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Latin America and the global crisis

Saturday 24 September 2011, by Claudio Katz

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The effect of the world crisis in Latin America requires three types of discussion: the immediate economic effect, the long-run political effect and the social measures required to confront the financial collapse.

Speculations post-disconnection

In the economic arena, the crisis produced a generalized collapse of the stock markets and capital out-flights that reduced credit. Commodities depreciation induces recession, unemployment expands and unequal growth, which dominated in the past five years, ends.

Moreover, the expectation of a disconnection has been diluted and that of avoiding the earthquake shrinks, because it has suffered in advance during the last decade. The protection of three shields –substantial reserves, low debt to GDP ratio and fiscal surplus – is already not enough.

These shields would have probably avoided the limited international collapse prevalent until September 2008. However, the financial collapse had a superior dimension since that date. This time Latin America received the tsunami. It suffers from outside a shock that was already experienced several times. How big will be this blow in comparison with other zones in the periphery?

Some economists estimate that the stock market effect will be larger than in the central economies because of the fragility of the local stock markets. However, they expect that banks will be better managed, given that they have cleaned then balance sheets in previous crises. They also think that financial firms are less contaminated with toxic assets (mortgages) and speculative operations (securitization, derivatives). The limited size of credit reduced the scale of those transactions [1] .

Other diagnosis state that the fiscal situation looks better tan in Eastern Europe. Besides they estimate that exports reduction will be easier to digest tan in Africa, although more important than in Asia. They explain this diversity to the big concentration of revenues from a limited bundle of basic goods [2] .

Nevertheless, the main problem in these evaluations is their ephemeral character. They appear and disappear from journalistic stories with amazing speed. One day, it has Latin America out of the storm, but the next day it has it in the center of the storm.

Some predictions show a suspiciously biased tone. The IMF, as an example, sees that Argentina, Venezuela and Ecuador confront bigger risks of default than Mexico, Chile or Colombia. Those messages are in reality full of resentfulness towards defaulters [3]. No characterization will emerge from those speculations.

Three effects

Latin America receives, firstly, a global over-accumulation crisis that was generated by the concentration of fictitious capital in the financial sphere. Given the reduced scope of personal debts in the region, this effect does not translate for now in banks affected by irredeemable loans.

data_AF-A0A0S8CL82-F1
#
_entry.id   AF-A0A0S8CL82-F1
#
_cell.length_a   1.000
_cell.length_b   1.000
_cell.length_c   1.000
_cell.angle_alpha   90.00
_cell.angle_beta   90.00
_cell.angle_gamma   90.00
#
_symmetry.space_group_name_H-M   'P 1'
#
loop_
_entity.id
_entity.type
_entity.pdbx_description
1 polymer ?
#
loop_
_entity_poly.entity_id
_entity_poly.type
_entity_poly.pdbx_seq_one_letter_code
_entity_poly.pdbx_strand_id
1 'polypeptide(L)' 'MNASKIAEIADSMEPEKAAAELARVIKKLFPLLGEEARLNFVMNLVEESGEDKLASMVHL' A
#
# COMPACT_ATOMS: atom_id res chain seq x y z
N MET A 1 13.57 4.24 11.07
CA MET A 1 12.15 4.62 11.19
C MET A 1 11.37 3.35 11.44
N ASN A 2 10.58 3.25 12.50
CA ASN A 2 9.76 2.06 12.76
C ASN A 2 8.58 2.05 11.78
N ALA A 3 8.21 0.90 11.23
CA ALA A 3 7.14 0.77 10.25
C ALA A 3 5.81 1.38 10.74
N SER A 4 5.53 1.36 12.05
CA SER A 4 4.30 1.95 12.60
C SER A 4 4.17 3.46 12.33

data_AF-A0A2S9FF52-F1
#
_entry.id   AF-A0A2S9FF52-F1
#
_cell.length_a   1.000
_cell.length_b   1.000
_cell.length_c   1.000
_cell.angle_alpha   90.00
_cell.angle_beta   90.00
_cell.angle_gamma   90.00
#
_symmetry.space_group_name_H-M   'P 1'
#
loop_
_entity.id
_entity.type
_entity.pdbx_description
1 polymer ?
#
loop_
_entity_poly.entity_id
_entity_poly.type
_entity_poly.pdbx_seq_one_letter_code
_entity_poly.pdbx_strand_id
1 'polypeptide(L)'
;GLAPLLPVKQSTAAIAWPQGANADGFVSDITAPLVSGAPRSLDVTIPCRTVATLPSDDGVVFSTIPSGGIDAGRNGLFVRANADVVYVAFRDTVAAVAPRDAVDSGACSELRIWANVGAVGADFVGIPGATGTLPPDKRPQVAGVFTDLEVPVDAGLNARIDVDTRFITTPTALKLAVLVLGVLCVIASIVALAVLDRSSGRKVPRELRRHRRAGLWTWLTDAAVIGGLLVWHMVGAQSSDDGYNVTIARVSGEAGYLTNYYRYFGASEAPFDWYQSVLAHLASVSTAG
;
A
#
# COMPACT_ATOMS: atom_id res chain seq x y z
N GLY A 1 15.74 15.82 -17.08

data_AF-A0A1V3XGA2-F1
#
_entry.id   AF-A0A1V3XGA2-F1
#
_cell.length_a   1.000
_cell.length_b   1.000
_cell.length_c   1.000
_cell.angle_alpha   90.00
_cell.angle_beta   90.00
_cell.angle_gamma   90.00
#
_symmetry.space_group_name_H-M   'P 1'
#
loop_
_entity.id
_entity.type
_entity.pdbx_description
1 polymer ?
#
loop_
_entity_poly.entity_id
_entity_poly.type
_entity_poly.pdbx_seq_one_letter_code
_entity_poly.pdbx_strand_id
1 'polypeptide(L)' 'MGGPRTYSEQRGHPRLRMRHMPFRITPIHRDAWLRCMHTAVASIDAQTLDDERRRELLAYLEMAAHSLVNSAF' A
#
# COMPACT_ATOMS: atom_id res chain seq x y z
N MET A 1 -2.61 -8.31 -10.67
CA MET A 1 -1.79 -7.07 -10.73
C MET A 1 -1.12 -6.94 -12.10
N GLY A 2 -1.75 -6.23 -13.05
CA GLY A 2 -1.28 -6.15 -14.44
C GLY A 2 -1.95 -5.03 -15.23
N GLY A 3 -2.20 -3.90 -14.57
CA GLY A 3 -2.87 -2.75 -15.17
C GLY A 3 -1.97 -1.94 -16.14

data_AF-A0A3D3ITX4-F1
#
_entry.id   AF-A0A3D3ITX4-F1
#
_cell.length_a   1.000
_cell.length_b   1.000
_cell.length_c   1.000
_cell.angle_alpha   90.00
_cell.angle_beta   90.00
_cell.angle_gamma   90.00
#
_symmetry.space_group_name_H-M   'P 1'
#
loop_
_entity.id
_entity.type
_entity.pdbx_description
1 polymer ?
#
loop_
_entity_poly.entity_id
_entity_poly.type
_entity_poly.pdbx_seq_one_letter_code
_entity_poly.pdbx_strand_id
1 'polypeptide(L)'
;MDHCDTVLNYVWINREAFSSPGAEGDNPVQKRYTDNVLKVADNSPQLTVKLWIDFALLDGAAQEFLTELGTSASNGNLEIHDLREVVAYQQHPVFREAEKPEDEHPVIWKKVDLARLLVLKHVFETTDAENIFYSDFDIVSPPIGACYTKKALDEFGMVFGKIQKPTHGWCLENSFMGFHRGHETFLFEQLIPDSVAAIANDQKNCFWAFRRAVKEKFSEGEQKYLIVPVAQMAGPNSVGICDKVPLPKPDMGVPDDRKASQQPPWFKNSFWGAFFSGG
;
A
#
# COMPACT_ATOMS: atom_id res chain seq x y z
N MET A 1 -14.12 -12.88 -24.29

However, the crack has created a necessity for liquidity in the central economies, which produces considerable funds withdrawals. In particular, foreign banks transfer resources from Latin America to their central offices. Those repatriations are affecting a fourth of the total resources managed by those entities in emerging economies.

Also internationalized segments of regional finance are affects by the global slump. Some private pension funds –attached to the speculative worldwide pendulum – accumulate loss that threats their life (especially in Chile).

Latin America supports, secondly, over-production of goods, which characterizes the current crisis. This surplus was generated by the model of global competition based on reducing wages that was generalized by neo-liberalism. This disequilibrium effect is verified particularly in the most globalized branches of the regional industry. This section suffers, for instance, the same plethora of goods that hits the metropolitan economies [4].

This surplus is breathtaking in Mexico, that exports assembled cars to the US and Brazil, and that suffers employment reduction comparable to the former country. The panorama is equally troublesome in Argentina, despite of the extraordinary profitability that car makers had in the last years.
The industrial adjustment that affects Latin America is imposed by the transnational firms, which re-organize production on a global scale. In this worrisome climate you cannot find praise to neo-liberal globalization, nor to any type of investment. The terrible consequences of the integrated worldwide fabrication –under the principles of competition and profit – start to emerge.

But the biggest looming threat to the region comes from a third-world impact: the precipitous decline in prices of raw materials. This collapse reverses the growth of the last five years, which was supported by a significant improvement in the terms of trade (33% compared to the average of the preceding decade). This situation allowed reaching even higher volumes of exports to external debt in 2006 and 2007.

This trend change now affects trade balances and government budgets. Consecutive growth at an annual 5.5% rate since 2003 is behind. The GDP of 2008 slowed to 3.3% and the 2009 estimates are being adjusted downward.


[1The Economist-La Nación “América Latina se prepara para tiempos duros”, 22-1-09.

[2The Economist- La Nación, ¿“Emergentes: ¿caída o tropezón”?, 20-1-09.

[3The Wall Street Journal- La Nación, “La sequía del financiamiento comercial pone en jaque a los mercados emergentes”, 22-12-08.

[4Hemos analizado esta combinación de sobre-acumulación de capitales y sobreproducción de mercancías en: Katz Claudio, “Codicia, regulación o capitalismo”(30-12-08) y “Lección acelerada de capitalismo” (4-10-08), http://katz.lahaine.org